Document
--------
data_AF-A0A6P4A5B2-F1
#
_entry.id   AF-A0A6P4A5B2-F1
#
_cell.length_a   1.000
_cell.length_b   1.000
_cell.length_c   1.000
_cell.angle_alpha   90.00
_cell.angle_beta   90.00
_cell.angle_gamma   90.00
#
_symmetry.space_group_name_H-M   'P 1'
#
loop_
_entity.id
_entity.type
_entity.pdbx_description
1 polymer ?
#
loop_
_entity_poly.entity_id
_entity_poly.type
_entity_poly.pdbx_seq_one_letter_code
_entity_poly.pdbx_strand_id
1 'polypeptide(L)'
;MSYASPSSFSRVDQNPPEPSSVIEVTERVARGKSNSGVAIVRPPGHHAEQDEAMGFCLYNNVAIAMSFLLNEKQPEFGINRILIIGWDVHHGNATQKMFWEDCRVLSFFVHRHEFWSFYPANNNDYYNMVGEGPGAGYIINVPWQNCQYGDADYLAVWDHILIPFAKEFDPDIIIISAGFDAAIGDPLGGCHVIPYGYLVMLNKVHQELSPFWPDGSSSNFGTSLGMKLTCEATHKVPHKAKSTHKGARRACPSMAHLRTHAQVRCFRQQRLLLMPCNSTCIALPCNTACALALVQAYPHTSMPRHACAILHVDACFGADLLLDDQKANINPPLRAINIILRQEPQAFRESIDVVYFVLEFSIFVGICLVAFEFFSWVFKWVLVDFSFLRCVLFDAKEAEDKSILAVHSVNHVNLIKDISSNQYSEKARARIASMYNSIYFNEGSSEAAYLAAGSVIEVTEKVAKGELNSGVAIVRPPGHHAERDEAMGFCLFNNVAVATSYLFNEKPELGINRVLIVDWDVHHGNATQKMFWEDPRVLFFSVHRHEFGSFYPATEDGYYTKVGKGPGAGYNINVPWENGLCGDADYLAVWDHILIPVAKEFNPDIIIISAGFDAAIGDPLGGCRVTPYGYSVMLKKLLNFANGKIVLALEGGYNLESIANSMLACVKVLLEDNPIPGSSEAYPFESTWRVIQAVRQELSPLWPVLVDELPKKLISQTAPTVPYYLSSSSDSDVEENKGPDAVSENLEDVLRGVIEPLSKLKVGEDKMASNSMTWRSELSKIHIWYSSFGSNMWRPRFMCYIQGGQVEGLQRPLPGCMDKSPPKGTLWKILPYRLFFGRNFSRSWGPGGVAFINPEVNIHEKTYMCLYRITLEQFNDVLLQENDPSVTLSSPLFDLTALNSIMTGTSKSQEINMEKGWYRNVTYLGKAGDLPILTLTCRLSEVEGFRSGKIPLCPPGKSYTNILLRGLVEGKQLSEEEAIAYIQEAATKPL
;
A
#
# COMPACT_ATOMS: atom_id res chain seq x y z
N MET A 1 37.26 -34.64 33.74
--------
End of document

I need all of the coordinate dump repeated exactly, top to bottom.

data_AF-A0A6P4A5B2-F1
#
_entry.id   AF-A0A6P4A5B2-F1
#
_cell.length_a   1.000
_cell.length_b   1.000
_cell.length_c   1.000
_cell.angle_alpha   90.00
_cell.angle_beta   90.00
_cell.angle_gamma   90.00
#
_symmetry.space_group_name_H-M   'P 1'
#
loop_
_entity.id
_entity.type
_entity.pdbx_description
1 polymer ?
#
loop_
_entity_poly.entity_id
_entity_poly.type
_entity_poly.pdbx_seq_one_letter_code
_entity_poly.pdbx_strand_id
1 'polypeptide(L)'
;MSYASPSSFSRVDQNPPEPSSVIEVTERVARGKSNSGVAIVRPPGHHAEQDEAMGFCLYNNVAIAMSFLLNEKQPEFGINRILIIGWDVHHGNATQKMFWEDCRVLSFFVHRHEFWSFYPANNNDYYNMVGEGPGAGYIINVPWQNCQYGDADYLAVWDHILIPFAKEFDPDIIIISAGFDAAIGDPLGGCHVIPYGYLVMLNKVHQELSPFWPDGSSSNFGTSLGMKLTCEATHKVPHKAKSTHKGARRACPSMAHLRTHAQVRCFRQQRLLLMPCNSTCIALPCNTACALALVQAYPHTSMPRHACAILHVDACFGADLLLDDQKANINPPLRAINIILRQEPQAFRESIDVVYFVLEFSIFVGICLVAFEFFSWVFKWVLVDFSFLRCVLFDAKEAEDKSILAVHSVNHVNLIKDISSNQYSEKARARIASMYNSIYFNEGSSEAAYLAAGSVIEVTEKVAKGELNSGVAIVRPPGHHAERDEAMGFCLFNNVAVATSYLFNEKPELGINRVLIVDWDVHHGNATQKMFWEDPRVLFFSVHRHEFGSFYPATEDGYYTKVGKGPGAGYNINVPWENGLCGDADYLAVWDHILIPVAKEFNPDIIIISAGFDAAIGDPLGGCRVTPYGYSVMLKKLLNFANGKIVLALEGGYNLESIANSMLACVKVLLEDNPIPGSSEAYPFESTWRVIQAVRQELSPLWPVLVDELPKKLISQTAPTVPYYLSSSSDSDVEENKGPDAVSENLEDVLRGVIEPLSKLKVGEDKMASNSMTWRSELSKIHIWYSSFGSNMWRPRFMCYIQGGQVEGLQRPLPGCMDKSPPKGTLWKILPYRLFFGRNFSRSWGPGGVAFINPEVNIHEKTYMCLYRITLEQFNDVLLQENDPSVTLSSPLFDLTALNSIMTGTSKSQEINMEKGWYRNVTYLGKAGDLPILTLTCRLSEVEGFRSGKIPLCPPGKSYTNILLRGLVEGKQLSEEEAIAYIQEAATKPL
;
A
#
# COMPACT_ATOMS: atom_id res chain seq x y z
N MET A 1 37.26 -34.64 33.74